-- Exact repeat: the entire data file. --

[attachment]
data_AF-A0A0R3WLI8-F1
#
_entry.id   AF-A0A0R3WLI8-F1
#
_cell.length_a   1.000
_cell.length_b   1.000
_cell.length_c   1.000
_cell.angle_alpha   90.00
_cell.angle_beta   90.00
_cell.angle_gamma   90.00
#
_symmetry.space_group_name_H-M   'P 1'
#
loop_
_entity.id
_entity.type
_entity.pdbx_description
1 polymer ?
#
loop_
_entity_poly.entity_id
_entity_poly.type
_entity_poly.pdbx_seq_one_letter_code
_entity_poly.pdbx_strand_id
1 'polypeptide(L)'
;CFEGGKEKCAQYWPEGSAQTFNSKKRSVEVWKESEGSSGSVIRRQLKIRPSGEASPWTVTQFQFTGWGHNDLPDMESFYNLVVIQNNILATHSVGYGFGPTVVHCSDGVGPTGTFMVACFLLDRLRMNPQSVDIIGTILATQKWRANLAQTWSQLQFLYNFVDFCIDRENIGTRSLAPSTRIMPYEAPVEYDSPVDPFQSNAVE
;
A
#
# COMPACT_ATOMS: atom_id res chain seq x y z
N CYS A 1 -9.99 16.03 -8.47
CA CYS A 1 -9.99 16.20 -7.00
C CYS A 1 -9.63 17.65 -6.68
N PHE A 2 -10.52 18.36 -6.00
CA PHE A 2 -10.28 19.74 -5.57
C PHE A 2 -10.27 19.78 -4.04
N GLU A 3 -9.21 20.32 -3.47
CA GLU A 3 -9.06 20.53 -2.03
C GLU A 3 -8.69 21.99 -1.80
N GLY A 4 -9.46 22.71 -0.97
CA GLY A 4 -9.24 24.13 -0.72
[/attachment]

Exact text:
data_AF-A0A0R3WLI8-F1
#
_entry.id   AF-A0A0R3WLI8-F1
#
_cell.length_a   1.000
_cell.length_b   1.000
_cell.length_c   1.000
_cell.angle_alpha   90.00
_cell.angle_beta   90.00
_cell.angle_gamma   90.00
#
_symmetry.space_group_name_H-M   'P 1'
#
loop_
_entity.id
_entity.type
_entity.pdbx_description
1 polymer ?
#
loop_
_entity_poly.entity_id
_entity_poly.type
_entity_poly.pdbx_seq_one_letter_code
_entity_poly.pdbx_strand_id
1 'polypeptide(L)'
;CFEGGKEKCAQYWPEGSAQTFNSKKRSVEVWKESEGSSGSVIRRQLKIRPSGEASPWTVTQFQFTGWGHNDLPDMESFYNLVVIQNNILATHSVGYGFGPTVVHCSDGVGPTGTFMVACFLLDRLRMNPQSVDIIGTILATQKWRANLAQTWSQLQFLYNFVDFCIDRENIGTRSLAPSTRIMPYEAPVEYDSPVDPFQSNAVE
;
A
#
# COMPACT_ATOMS: atom_id res chain seq x y z
N CYS A 1 -9.99 16.03 -8.47
CA CYS A 1 -9.99 16.20 -7.00
C CYS A 1 -9.63 17.65 -6.68
N PHE A 2 -10.52 18.36 -6.00
CA PHE A 2 -10.28 19.74 -5.57
C PHE A 2 -10.27 19.78 -4.04
N GLU A 3 -9.21 20.32 -3.47
CA GLU A 3 -9.06 20.53 -2.03
C GLU A 3 -8.69 21.99 -1.80
N GLY A 4 -9.46 22.71 -0.97
CA GLY A 4 -9.24 24.13 -0.72